It has historically been the biggest or one of the biggest employment sectors in the Arab region, and has understandably attracted some of the most accomplished graduates. The Arab region had a construction boom in the 1970s, 1980s, and 1990s, with millions of Dollars’ worth of civil, industrial, and residential construction projects. Indeed, Saudi Arabia and the United Arab Emirates led this construction boom, they being the biggest two markets in the region with many economic and logistical incentives. When the Saudi government discovered oil, it used the revenues for developing the country through construction projects. This resulted in countless, high-profile infrastructural projects.
As of 2018, a lot of changes have taken place, in the intensity of the competition, the number of graduates entering the job market, and the supply of and demand for engineers. The field is now undergoing a downturn because of the economic recession that started in Saudi Arabia in 2015. This downturn has had several consequences, as many experts have opined.
The Supply of Engineers Has Exceeded Demand
Under-girding the now precarious supply and demand forces in one country at least, Jordan, the number of engineers has greatly exceeded demand. Whether it is civil engineering, industrial, electrical, mechanical, or others, the engineering-construction sector is barely growing as of 2018 and early 2019 in Jordan.
- Approximately 10, 000 engineers joined the guild in 2018 and 9500 in 2017.
- 1 of out 50 citizens in Jordan is an engineer.
Consequently, many engineers also can spend over a year seeking employment (a conservative estimate), even entry-level employment, and not find any. This reflects an occupational and educational imbalance in the number of engineers. Universities in the Arab countries also focus on and promote engineering as a “default” occupation for many in the scientific track, encouraging students to become engineers. The UAE is an exception since most of its engineers are Indian and civil engineering is the most common specialty, as the UAE Association of Engineers confirms.
Another factor behind the now-excessive supply of engineers is that the competition has intensified in the field, unlike the market in the early phase of the development boom in the region. Saudi Arabia attracted 100, 000s of engineers from Jordan, Palestine, Lebanon, and other countries. It was easy to find employment and get sponsorship. Now, this is changing and rapidly.
The market, however, is still healthy in Saudi Arabia, UAE, Bahrain, and Egypt. Saudi Arabia’s Vision2030 seeks to expand the social, occupational, cultural, and economic landscape in the kingdom by, among other steps, diversifying the economic base. It promises to provide billions worth of projects to respond to the demographic and infrastructural expansion needs of the country.
Expatriate Visa Restrictions
Saudi Arabia has led the way in limiting expatriate employment with its nationalization program. That is understandable for a country that has relied almost entirely on its expatriate labor force for its economic and infrastructural growth. Now, many engineers, especially entry-level and even moderately experienced ones, are not finding employment in engineering firms and / or the fees for retaining them are becoming prohibitively expensive for the firms employing them. Many expatriate engineers have, thus, been returning to their home countries. Only engineers with, say, >10 years of experience can keep their jobs.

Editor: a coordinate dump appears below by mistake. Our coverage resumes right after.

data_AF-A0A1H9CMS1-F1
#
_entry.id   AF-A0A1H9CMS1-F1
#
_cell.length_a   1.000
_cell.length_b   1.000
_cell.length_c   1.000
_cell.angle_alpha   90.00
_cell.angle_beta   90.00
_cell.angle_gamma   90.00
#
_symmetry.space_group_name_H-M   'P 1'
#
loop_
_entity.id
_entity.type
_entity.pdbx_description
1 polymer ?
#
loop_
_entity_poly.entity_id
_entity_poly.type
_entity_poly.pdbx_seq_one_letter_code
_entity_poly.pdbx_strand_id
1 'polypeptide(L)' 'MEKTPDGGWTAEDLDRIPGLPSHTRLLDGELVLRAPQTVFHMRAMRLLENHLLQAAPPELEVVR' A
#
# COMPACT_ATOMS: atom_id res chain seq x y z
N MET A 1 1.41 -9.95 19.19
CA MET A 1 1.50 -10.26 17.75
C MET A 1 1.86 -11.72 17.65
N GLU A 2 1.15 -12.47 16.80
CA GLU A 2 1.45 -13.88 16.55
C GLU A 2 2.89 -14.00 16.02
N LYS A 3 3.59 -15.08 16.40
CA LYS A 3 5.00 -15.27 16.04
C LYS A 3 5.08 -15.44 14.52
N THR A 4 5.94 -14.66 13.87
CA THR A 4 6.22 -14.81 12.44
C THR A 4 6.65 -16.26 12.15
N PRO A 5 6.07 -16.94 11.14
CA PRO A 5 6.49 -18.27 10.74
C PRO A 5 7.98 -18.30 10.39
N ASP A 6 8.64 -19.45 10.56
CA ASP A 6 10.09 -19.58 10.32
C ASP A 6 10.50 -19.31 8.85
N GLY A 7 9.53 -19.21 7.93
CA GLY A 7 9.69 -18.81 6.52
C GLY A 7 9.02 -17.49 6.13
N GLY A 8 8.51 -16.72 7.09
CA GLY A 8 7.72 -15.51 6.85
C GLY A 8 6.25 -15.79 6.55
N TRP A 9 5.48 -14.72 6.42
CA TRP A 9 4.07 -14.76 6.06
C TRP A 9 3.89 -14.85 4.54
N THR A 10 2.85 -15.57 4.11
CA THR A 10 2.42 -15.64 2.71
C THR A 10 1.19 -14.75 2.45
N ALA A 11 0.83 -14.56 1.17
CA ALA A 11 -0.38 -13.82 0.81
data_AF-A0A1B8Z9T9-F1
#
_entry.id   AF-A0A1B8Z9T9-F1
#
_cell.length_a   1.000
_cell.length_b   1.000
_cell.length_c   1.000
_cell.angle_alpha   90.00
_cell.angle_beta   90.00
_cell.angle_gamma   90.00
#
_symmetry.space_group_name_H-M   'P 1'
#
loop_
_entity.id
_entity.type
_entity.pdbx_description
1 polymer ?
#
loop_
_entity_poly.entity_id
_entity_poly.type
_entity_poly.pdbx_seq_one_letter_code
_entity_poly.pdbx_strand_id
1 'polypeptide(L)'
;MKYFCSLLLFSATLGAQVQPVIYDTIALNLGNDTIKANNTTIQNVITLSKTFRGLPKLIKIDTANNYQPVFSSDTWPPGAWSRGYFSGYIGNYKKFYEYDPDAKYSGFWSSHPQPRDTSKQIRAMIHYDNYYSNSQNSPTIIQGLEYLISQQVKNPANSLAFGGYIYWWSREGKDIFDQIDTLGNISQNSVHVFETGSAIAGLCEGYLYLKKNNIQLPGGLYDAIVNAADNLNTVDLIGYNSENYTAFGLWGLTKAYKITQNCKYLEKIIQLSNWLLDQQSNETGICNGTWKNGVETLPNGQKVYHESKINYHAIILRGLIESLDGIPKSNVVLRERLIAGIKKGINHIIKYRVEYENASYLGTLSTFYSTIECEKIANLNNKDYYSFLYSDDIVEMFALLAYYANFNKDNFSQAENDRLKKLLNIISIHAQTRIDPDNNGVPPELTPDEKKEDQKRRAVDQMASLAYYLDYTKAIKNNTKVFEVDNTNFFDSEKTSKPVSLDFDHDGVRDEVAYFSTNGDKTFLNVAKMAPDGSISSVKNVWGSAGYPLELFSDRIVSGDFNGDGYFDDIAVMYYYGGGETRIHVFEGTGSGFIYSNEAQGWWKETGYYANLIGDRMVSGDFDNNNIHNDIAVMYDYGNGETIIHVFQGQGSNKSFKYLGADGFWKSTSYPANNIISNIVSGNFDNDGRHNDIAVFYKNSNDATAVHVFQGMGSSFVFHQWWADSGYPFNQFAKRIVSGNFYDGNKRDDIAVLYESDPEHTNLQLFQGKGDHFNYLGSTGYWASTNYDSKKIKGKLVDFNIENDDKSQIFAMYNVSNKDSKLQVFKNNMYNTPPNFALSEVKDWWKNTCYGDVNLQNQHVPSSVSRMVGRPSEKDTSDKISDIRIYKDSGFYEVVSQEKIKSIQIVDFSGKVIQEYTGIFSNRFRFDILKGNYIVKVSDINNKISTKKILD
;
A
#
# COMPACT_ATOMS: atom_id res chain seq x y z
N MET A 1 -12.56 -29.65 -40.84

Labels and Professional Licensing
Some experts in the field have realized that extra certifications, such as the famous Professional Engineer (PE) and the Project Management Professional (PMP), do not always provide Added Value to engineer’s productivity. This can be because many engineers over-estimate the importance of labels, degrees, and licenses, and downplay the importance of work experience. This has led to an overall delay or gap in engineers’ expertise or how updated they are. Another factor in the skills gap is that no Arab government or engineers’ guild requires the PE, leading to a delay in engineers monitoring their progress and their experience curve.
Professional and Experience Gap
As the manager of a construction and engineering firm said, American or international companies can easily win bids for projects in the Arab region. Arab companies need to compete aggressively, attesting to an experience gap. The UAE is a remote exception in that it does appreciate local companies and experience. This same expert said many Arab companies are not up-to-date and that many engineers now need to study new specialties within engineering—such as solar engineering and renewable energy engineering. There is an overall absence of strategic planning, let alone executing any planning.
The Changing Economic and Labor Market
Saudi Arabia and the UAE are heavily dependent on oil revenues, where Jordan and Egypt, as two examples, are not. This has resulted in an uneven distribution of engineers in the key markets. Digital media and marketing are very slowly maturing in the region, in that companies are gradually recognizing their importance to their profitability. The construction sector contributes 5% to the Jordan economy, although the number of engineers in Jordan has exceeded demand and merely 6% of the Jordan labor market is in construction.
Source: Department of Statistics in Jordan, 2016